Building Bridges Key to Moving Forward

Stephen Yagielowicz

One of the most valuable aspects of attending industry events today is the interpersonal networking opportunities that present themselves — allowing participants to create (or repair damaged) business relationships that benefit themselves, along with the industry as a whole.

While we all want to make new contacts, and understand the value of expanding our customer base, it is the latter case that I want to focus on; where the bonds of business may be strained to the breaking point, due to past grievances or present practices, whether justified or not…

It should come as no surprise, given the constant complaints of no-payments, “shaving” and general scumbag behavior that floats across the industry’s message boards, that not everyone in this business is “playing nice” with their peers. Sometimes, the perceived affront happened years ago; at other times, it is a more recent tarnishing of relationships that slows profits and potential, regardless of the grudge.

Whether it is an individual, an agency or a corporate entity, one group can easily create enemies out of the people that should be its friends. Sometimes this is inadvertent; sometimes the result of criminal deception, fraud or rampant egos; and sometimes, it is simply a situation that has blown out of control.

A case in point is the ongoing saga of “Senior vs. Junior,” played out in prime time over the past decade on The Discovery Channel and its perennially popular “American Chopper” television series.

For those unfamiliar with the show, it documents the timeless father and son struggle between Orange County Choppers’ aging iron king and his egomaniac offspring, as they seek ways to work with and respect each other.

According to the show’s website, “For the Teutuls, what was once a family business is now a family feud, and all bets are off for what new fireworks await in American Chopper: Senior vs. Junior. The series captures the renewed rivalry as Paul Sr. continues to build world-famous custom bikes at OCC, while Junior opens up Paul Jr. Designs.”

Briefly, the old man owns the company and has been building bikes forever. He has the skill and the capital to do so, but lacks his son’s talent at designing for today’s audience. The kid can build attractive, trend-setting bikes, but was wrong when he thought he could do it all on his own — his ego has cost him nearly everything, as he set up his own shop, which simply does not have the traction of the parent firm.

Both parties and their companies have suffered, perhaps irreparably, as their industry continues to change and the market for $100,000+ custom motorcycles evaporates — the last apples rotting on the tree as the pair expends their energies and cash reserves on in-fighting and legal wrangling, rather than on innovation and marketing.

However, the duo is attempting to make amends, perhaps as much out of necessity as out of desire.

This corporate and personal feud echoes throughout the adult entertainment industry, where companies that really could benefit from working together needlessly waste their resources on disputes ranging from back-room deals gone awry, to personnel problems, potentially purloined databases, and soured acquisition deals.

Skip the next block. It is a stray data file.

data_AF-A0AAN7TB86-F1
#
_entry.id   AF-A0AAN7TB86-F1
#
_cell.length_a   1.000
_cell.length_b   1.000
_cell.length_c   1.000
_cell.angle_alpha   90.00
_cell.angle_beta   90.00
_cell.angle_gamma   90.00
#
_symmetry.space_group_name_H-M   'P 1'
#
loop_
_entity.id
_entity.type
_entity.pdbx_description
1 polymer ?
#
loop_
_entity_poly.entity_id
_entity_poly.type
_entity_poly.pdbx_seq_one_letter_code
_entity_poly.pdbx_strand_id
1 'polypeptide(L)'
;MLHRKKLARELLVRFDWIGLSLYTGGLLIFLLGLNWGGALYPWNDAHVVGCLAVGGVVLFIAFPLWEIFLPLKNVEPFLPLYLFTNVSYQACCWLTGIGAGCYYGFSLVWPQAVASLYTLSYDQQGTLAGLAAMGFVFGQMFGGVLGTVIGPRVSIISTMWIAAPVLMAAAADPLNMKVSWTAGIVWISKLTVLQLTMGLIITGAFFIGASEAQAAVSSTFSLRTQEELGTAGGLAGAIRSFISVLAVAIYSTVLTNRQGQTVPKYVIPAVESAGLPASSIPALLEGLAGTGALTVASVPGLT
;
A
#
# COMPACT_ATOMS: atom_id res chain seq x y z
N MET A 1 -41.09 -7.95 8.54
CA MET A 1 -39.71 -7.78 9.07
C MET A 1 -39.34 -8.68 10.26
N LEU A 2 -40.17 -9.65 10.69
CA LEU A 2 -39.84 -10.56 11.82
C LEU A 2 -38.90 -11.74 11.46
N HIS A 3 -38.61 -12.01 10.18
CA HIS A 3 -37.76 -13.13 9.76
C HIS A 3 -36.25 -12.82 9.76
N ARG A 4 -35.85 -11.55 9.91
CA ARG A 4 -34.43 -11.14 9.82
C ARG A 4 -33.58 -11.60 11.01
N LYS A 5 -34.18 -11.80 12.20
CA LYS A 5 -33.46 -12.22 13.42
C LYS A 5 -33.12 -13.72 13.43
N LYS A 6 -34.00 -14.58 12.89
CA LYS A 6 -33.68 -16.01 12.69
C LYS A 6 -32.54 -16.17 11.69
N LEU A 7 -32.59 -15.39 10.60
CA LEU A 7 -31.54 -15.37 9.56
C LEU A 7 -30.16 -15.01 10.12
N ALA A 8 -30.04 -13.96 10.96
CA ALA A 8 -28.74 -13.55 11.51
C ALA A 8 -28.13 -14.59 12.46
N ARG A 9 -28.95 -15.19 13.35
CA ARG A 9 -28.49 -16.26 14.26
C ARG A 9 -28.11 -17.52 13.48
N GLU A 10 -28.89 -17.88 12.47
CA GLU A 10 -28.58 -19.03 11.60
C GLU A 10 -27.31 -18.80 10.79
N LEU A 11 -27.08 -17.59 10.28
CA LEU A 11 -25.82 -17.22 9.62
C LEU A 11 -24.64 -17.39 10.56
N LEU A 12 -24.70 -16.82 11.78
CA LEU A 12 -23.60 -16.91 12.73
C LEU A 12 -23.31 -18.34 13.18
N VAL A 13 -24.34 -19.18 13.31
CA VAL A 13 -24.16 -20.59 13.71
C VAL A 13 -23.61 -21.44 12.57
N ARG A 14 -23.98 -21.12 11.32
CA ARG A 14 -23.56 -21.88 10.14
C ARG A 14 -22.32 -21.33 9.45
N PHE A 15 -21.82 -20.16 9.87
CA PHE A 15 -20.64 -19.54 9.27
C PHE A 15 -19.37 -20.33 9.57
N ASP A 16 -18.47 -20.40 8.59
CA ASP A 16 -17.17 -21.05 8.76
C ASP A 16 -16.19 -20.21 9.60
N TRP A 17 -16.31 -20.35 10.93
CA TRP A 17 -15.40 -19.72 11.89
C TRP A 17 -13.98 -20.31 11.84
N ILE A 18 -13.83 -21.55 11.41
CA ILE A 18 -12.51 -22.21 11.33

Consider also the transience of corporate animosity in an industry as intimate as online adult, where yesterday’s partners are today’s plaintiffs — and tomorrow’s target of renewed business relationships. Sure, it may not always work this way, but the bigger issues facing the industry may be bigger than the often relatively petty differences that separate some otherwise compatible players from one another.

In many cases, the incidents sparking separation may be forgotten or no longer relevant.

I will point to a moment at the recent XBIZ Miami Summit where a seminar attendee brought up the subject of .XXX — a former lightning rod of controversy that seemed all but forgotten at this event. Here, the virtual sound of crickets chirping lonely in the distance was the only response, as no one in the audience admitted to the purchase of .XXX domain names. It seems that this once contentious issue has passed into history and piracy has once again become the main target of adult industry angst.

If today’s friend is tomorrow’s enemy and yesterday’s enemy, today’s partner, does that mean that grudges should never be held and all should be forgiven? In many instances, “yes,” since the maturation of our industry is tied to the maturation of its operatives — many of whom began this adventure in their late teens or early twenties, a time of imprudence and impatience in most people’s lives, where actions that once seemed wise are now regrettable.

Recidivism is a bitch, however, reminding me of the line from the Canadian comedy television series, Trailer Park Boys, which proclaimed, “A shit leopard can’t change its spots” — or if you prefer a different saying, “Fool me once, shame on you; fool me twice, shame on me.”

In those cases where outright criminal activity, rather than a mere bruising of egos, is the cause of separation, perhaps forgiveness should not be on the menu. However, in cases where common ground can be found, now might be a good time to bury the hatchet — smoothing over differences and finding a way to move forward to the benefit of all involved. This business is simply too tough these days to let personal or interpersonal problems add to your burdens, making the building and repairing of bridges more preferable to burning them.